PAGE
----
Fotoeins Fotografie

questions of place & home

Posts from the ‘First Nations’ category

Fotoeins Friday in Gallup: Navajo Code Talkers Memorial

(October 2018.)

Only 35 kilometres (22 miles) from the New Mexico-Arizona border, Gallup was once an important railway depot town big on coal transports, but now is a stop for weary drivers on today’s I-40 interstate highway. Gallup is also considered an unofficial capital of the Navajo Nation in New Mexico and gateway into Indian country.

In various visible ways, the town honours the Navajo Code Talkers who were from the Gallup area and served in the Pacific Theater of the Second World War. In the plaza in front of the county courthouse is a veterans’ memorial and walkway with column markers to the Spanish-American War, World War 2, Korean War, Vietnam War, Persian Gulf. One column highlights and honours members of the Navajo Nation who served as Code Talkers in the Pacific Theatre of World War 2.

If it were not for the Navajos, the Marines would never have taken Iwo Jima.

– Major Howard Conner, 5 Marine Division Signal Officer.

I made all pictures on 12 Oct 2018 with a Fujifilm X70 fixed-lens prime. This post appears on Fotoeins Fotografie at fotoeins DOT com as https://wp.me/p1BIdT-izT.


Veteran's Memorial, Courthouse Square, McKinley County Courthouse, Navajo Code Talkers, World War 2, US Marine Corps, Pacific theater, Navajo Nation, Gallup, New Mexico, USA, fotoeins.com

Navajo Code Talkers Memorial.

Veteran's Memorial, Courthouse Square, McKinley County Courthouse, Navajo Code Talkers, World War 2, US Marine Corps, Pacific theater, Navajo Nation, Gallup, New Mexico, USA, fotoeins.com

Navajo Code Talkers Memorial.

Fotoeins Friday in Gallup: Navajo Code Talkers exhibit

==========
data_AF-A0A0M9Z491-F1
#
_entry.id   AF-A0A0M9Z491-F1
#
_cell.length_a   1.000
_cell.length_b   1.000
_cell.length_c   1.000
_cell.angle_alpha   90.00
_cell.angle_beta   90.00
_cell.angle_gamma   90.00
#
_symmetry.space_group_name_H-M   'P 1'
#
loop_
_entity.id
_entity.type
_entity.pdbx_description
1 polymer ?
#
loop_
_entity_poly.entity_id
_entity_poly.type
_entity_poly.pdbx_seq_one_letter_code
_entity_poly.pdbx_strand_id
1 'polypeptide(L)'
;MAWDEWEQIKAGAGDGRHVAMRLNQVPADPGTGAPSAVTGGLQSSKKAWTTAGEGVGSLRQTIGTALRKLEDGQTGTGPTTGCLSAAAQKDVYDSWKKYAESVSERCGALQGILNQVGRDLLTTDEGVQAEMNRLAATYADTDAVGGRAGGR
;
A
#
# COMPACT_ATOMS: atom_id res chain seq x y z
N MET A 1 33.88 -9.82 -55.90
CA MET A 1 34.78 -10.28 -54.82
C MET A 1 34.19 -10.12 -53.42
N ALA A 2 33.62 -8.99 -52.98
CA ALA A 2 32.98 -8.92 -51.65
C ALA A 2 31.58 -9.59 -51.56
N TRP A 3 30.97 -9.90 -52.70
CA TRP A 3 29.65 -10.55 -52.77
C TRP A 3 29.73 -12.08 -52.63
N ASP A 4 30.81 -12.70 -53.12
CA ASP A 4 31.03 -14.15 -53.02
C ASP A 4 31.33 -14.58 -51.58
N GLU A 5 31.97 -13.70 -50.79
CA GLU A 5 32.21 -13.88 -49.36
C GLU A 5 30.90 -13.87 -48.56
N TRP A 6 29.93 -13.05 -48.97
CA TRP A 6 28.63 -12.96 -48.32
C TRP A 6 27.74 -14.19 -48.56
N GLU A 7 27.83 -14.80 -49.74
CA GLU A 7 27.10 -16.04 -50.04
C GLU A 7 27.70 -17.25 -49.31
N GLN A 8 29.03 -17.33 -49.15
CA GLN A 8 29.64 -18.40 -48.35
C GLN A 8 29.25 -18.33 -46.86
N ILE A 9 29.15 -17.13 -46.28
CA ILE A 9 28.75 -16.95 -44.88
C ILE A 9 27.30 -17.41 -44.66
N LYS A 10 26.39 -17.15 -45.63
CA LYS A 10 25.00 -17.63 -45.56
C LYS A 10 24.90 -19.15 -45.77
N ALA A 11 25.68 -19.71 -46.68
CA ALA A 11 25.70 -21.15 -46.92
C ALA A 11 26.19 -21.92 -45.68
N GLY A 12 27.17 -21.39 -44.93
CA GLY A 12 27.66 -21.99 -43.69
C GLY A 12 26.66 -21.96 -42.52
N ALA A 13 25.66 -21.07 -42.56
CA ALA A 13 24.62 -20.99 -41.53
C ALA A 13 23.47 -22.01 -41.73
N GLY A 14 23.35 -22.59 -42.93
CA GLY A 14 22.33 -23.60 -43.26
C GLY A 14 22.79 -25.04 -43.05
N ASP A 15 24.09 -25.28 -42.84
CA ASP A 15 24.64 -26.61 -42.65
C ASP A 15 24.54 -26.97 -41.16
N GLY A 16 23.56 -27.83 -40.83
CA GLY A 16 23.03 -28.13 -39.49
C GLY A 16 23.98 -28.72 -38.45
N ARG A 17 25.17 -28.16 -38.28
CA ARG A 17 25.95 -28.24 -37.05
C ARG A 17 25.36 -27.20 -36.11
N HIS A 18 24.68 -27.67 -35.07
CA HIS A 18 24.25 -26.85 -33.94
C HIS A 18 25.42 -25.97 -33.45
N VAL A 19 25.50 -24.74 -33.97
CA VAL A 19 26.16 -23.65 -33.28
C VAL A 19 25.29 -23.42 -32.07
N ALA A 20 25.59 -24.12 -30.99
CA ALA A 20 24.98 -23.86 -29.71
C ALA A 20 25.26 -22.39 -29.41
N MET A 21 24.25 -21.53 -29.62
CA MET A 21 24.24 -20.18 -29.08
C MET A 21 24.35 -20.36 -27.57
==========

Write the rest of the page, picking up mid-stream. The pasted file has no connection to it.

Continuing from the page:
(October 2018.)

We stopped in Gallup, New Mexico, for a few hours on our 1-day drive from Santa Fe west to Flagstaff. Only 35 kilometres (22 miles) from the New Mexico-Arizona border, Gallup is considered an unofficial capital of the Navajo Nation in New Mexico and gateway into Indian country. Formerly a busy railway depot town big on coal transports, Gallup is now a stop for weary drivers on today’s I-40 interstate highway.

Inside the Gallup-McKinley County Chamber of Commerce is a small exhibition about the Navajo Code Talkers. A key painting by local artist Theresa Potter was unveiled on National Navajo Code Talkers Day in 1982. The accompanying caption reads:

Theresa Potter (1933-1986) was awarded the Navajo Code Talker’s first Medal of Merit in 1984 in recognition of her many years of active support and contributions to the association. In spite of her arthritically-crippled hands, she was a well-known artist who specialized in Southwestern scenes and themes. In 1976, she painted a picture portraying four Code Talkers in a jungle setting, but with visions of their homeland beyond the sacred rainbow. The painting was donated to the Navajo Code Talkers, along with another painting called “Reminiscences.”

I made the picture above on 12 Oct 2018 with a Fujifilm X70 fixed-lens prime and the settings: 1/60-sec, f/4, ISO1000, and 18.5mm focal length (28mm full-frame equivalent). This post appears on Fotoeins Fotografie at fotoeins DOT com as https://wp.me/p1BIdT-izK.

Navajo Code Talkers, World War 2, US Marine Corps, Pacific theater, Navajo Nation, Gallup, New Mexico, USA, fotoeins.com

Fotoeins Friday in Gallup: Navajo Code Talkers mural

(October 2018.)

We stopped in Gallup, New Mexico, for a few hours on our 1-day drive from Santa Fe west to Flagstaff. Only 35 kilometres (22 miles) from the New Mexico-Arizona border, Gallup is considered an unofficial capital of the Navajo Nation in New Mexico and gateway into Indian country. Formerly a busy railway depot town big on coal transports, Gallup is now a stop for weary drivers on today’s I-40 interstate highway.

The town honours the Navajo Code Talkers who served in the Second World War. The 2001 wall mural along South 2nd Street by Be Sargent commemorates the Navajo Code Talkers who were recruited by the U.S. Marine Corps for service in the Pacific Theater during World War 2. Their own Navajo code was never broken during the war. The mural shows the men as they were young and later as aged, as well as various animals familiar to the area.